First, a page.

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University of Dubai highlights features that led to LEED Gold certification

Investment in HVAC technologies have paved the way for LEED Gold certification, says representative

| | Aug 12, 2018 | 6:46 pm
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Dubai, UAE, 12 August 2018: Emphasis on air quality, natural lighting and thermal comfort have paved the way for the University of Dubai to be awarded the LEED Gold certification in the New Construction category from the US Green Building Council (USGBC), said Jagath Gunawardena, Senior Manager, Projects and Building Development, Dubai Chamber, which owns the campus. The project brief for the campus was for a sustainable building, which would also help to accelerate and stimulate the academic progress of the students, Gunawardena said.

Speaking on the energy-efficient systems installed across the university, Gunawardena pointed to the chilled water system consisting of three Variable Speed Drive (VSD) driven air-cooled screw chillers. “There are three VSD driven primary chilled water (CHW) pumps connected to a common header,” he said, “such that any CHW pump will be capable of running with any of the three chillers, with pumps sequenced for optimisation algorithms. One of the three chillers named ‘pony chiller’ is half of the capacity of the other two.” The ‘pony chiller’, Gunawardena said, is used during winter and holidays, when demand is low, or “in-between loads” of the larger capacity chillers.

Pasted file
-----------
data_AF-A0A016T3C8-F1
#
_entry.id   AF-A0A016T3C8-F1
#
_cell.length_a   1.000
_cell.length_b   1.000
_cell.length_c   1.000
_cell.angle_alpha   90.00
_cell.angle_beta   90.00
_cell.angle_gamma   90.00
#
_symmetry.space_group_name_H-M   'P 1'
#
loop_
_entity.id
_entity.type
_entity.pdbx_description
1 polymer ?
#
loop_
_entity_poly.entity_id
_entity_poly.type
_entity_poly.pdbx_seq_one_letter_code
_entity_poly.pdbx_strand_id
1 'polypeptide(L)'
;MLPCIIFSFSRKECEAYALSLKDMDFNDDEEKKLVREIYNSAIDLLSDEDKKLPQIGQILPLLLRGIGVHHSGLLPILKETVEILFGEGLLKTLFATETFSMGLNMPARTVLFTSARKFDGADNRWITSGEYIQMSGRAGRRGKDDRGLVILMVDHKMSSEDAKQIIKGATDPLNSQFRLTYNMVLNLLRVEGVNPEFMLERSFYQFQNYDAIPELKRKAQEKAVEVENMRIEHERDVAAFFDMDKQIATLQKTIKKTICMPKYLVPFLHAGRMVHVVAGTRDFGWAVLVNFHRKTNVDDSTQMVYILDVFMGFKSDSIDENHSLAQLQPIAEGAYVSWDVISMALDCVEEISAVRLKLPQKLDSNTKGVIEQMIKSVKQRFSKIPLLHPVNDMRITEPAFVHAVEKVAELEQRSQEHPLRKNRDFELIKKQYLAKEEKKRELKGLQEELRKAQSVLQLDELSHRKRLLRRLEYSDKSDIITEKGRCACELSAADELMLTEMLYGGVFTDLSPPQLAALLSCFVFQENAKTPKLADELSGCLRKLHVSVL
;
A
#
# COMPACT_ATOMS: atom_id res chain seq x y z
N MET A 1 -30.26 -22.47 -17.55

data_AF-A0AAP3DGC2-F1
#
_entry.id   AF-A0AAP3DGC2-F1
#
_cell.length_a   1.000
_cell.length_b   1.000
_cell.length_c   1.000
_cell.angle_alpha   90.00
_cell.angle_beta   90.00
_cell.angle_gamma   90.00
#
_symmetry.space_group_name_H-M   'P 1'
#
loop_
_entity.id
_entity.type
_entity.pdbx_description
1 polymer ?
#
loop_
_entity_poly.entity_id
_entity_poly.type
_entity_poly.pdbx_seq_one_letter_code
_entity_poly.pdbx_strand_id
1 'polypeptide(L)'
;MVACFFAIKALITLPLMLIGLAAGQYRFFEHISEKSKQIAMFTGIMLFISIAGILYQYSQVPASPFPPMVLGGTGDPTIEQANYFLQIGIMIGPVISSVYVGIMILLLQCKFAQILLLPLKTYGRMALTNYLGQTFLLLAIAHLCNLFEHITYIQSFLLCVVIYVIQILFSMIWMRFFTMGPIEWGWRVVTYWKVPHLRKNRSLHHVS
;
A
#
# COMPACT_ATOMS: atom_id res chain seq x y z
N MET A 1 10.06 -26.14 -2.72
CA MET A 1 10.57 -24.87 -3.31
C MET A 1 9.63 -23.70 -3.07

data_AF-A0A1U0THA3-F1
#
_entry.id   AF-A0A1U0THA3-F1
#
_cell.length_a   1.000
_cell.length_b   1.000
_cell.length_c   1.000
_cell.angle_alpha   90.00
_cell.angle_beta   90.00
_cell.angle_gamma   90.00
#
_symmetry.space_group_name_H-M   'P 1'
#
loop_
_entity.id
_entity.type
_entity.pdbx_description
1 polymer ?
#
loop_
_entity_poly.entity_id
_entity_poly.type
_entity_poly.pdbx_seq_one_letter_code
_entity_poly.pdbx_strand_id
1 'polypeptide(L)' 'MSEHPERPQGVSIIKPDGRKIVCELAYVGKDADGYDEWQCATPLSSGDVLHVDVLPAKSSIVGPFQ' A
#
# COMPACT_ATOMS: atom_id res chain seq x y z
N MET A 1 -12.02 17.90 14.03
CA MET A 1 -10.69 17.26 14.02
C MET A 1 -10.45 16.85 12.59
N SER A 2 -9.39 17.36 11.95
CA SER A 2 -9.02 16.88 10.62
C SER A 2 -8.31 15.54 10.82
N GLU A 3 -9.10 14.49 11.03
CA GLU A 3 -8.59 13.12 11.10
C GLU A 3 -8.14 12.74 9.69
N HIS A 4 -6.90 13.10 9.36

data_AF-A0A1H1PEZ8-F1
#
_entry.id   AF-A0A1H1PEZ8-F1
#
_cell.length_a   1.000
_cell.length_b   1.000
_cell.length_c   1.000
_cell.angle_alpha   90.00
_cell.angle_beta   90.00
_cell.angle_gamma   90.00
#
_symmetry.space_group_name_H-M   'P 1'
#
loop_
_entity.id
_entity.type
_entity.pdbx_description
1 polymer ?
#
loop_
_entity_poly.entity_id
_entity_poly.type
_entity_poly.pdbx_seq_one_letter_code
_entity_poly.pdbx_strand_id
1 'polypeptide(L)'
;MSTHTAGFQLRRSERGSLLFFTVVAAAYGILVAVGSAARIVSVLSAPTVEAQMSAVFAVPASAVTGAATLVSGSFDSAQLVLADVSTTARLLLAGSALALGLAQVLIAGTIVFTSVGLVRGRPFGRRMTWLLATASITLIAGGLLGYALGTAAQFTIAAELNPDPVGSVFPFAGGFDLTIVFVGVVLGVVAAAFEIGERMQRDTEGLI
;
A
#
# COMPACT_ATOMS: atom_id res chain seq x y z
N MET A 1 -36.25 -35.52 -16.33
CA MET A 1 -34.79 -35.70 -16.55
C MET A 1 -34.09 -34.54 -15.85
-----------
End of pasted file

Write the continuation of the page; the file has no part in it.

Gunawardena said that almost all the inductive loads in the MEP installation are run on VSD. “The chiller plant manager,” he said, “is designed to minimise the combined electrical energy consumption of operating chillers and pumps, meeting the design chilled water flow and temperature requirements. The water-cooled chiller installed in the fountain pump room acts as a standby to Close Control Units (CCU). As such, the water from the water-feature system is passed through heat exchangers and activates the water-cooled chillers with required flow and temperature and provides chilled water backup to the CCU completing the network.” Essentially, Gunawardena said, the water feature also acts as a cooling tower for the water-cooled chiller. “Occupancy control sensors used for lighting controls,” he said, “are also used to reset the AC VAV terminal to unoccupied mode, thus increasing the room temperature to 27 degrees C, which directly reduces the building thermal load, which helps in reducing the overall energy consumption for air-conditioning system.” Gunawardena, said the HVAC system goes into Free Cooling mode during the winter periods using the controlled fresh air to cool the building interior.

The campus also boasts a sub-metering regimen, and speaking on the sub-metering system, Gunawardena said that proper monitoring of energy and water use is essential. As such, he said, 79 Electrical Energy (kWh) meters, 79 Thermal Energy meters, commonly known as BTU meters, and 11 water meters were installed. He added that the FM team operating the University manages the meters to optimise efficient use of the utilities. Gunawardena added that the HVAC systems are controlled by Johnson Controls BMS with a web-based operator work station and integrated with KNX and BACnet protocol.

Hannah Jo Uy is Assistant Editor at Climate Control Middle East magazine. She may be contacted at hannah@cpi-industry.com


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